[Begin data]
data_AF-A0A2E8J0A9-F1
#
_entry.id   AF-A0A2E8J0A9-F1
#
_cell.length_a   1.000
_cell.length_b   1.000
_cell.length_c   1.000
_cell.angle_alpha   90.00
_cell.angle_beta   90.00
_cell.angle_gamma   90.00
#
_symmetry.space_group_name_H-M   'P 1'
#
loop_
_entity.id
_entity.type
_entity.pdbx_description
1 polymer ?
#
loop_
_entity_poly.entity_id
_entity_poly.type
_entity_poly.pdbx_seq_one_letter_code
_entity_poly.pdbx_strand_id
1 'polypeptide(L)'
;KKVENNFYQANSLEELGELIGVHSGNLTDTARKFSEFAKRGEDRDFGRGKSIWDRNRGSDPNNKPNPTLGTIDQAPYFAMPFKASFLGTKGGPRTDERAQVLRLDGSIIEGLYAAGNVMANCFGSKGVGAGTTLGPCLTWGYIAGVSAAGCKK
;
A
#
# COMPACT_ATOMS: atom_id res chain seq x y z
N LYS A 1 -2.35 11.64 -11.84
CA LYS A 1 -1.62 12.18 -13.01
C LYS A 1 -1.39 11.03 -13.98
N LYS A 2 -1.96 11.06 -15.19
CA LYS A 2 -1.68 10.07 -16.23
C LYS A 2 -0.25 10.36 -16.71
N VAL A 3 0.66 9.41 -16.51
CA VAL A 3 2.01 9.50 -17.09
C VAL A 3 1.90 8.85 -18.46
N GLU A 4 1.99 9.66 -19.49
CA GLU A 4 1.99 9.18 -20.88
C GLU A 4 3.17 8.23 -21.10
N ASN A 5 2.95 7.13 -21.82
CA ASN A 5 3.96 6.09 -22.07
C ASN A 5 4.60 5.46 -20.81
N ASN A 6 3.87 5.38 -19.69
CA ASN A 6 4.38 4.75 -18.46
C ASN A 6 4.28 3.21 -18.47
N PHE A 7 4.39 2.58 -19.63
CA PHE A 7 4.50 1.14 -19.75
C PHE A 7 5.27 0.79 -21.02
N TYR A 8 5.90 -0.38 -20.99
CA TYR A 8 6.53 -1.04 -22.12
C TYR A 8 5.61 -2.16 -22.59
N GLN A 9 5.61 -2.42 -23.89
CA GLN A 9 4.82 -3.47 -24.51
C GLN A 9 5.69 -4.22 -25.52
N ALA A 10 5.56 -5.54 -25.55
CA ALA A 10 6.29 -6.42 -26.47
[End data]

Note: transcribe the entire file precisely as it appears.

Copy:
data_AF-A0A2E8J0A9-F1
#
_entry.id   AF-A0A2E8J0A9-F1
#
_cell.length_a   1.000
_cell.length_b   1.000
_cell.length_c   1.000
_cell.angle_alpha   90.00
_cell.angle_beta   90.00
_cell.angle_gamma   90.00
#
_symmetry.space_group_name_H-M   'P 1'
#
loop_
_entity.id
_entity.type
_entity.pdbx_description
1 polymer ?
#
loop_
_entity_poly.entity_id
_entity_poly.type
_entity_poly.pdbx_seq_one_letter_code
_entity_poly.pdbx_strand_id
1 'polypeptide(L)'
;KKVENNFYQANSLEELGELIGVHSGNLTDTARKFSEFAKRGEDRDFGRGKSIWDRNRGSDPNNKPNPTLGTIDQAPYFAMPFKASFLGTKGGPRTDERAQVLRLDGSIIEGLYAAGNVMANCFGSKGVGAGTTLGPCLTWGYIAGVSAAGCKK
;
A
#
# COMPACT_ATOMS: atom_id res chain seq x y z
N LYS A 1 -2.35 11.64 -11.84
CA LYS A 1 -1.62 12.18 -13.01
C LYS A 1 -1.39 11.03 -13.98
N LYS A 2 -1.96 11.06 -15.19
CA LYS A 2 -1.68 10.07 -16.23
C LYS A 2 -0.25 10.36 -16.71
N VAL A 3 0.66 9.41 -16.51
CA VAL A 3 2.01 9.50 -17.09
C VAL A 3 1.90 8.85 -18.46
N GLU A 4 1.99 9.66 -19.49
CA GLU A 4 1.99 9.18 -20.88
C GLU A 4 3.17 8.23 -21.10
N ASN A 5 2.95 7.13 -21.82
CA ASN A 5 3.96 6.09 -22.07
C ASN A 5 4.60 5.46 -20.81
N ASN A 6 3.87 5.38 -19.69
CA ASN A 6 4.38 4.75 -18.46
C ASN A 6 4.28 3.21 -18.47
N PHE A 7 4.39 2.58 -19.63
CA PHE A 7 4.50 1.14 -19.75
C PHE A 7 5.27 0.79 -21.02
N TYR A 8 5.90 -0.38 -20.99
CA TYR A 8 6.53 -1.04 -22.12
C TYR A 8 5.61 -2.16 -22.59
N GLN A 9 5.61 -2.42 -23.89
CA GLN A 9 4.82 -3.47 -24.51
C GLN A 9 5.69 -4.22 -25.52
N ALA A 10 5.56 -5.54 -25.55
CA ALA A 10 6.29 -6.42 -26.47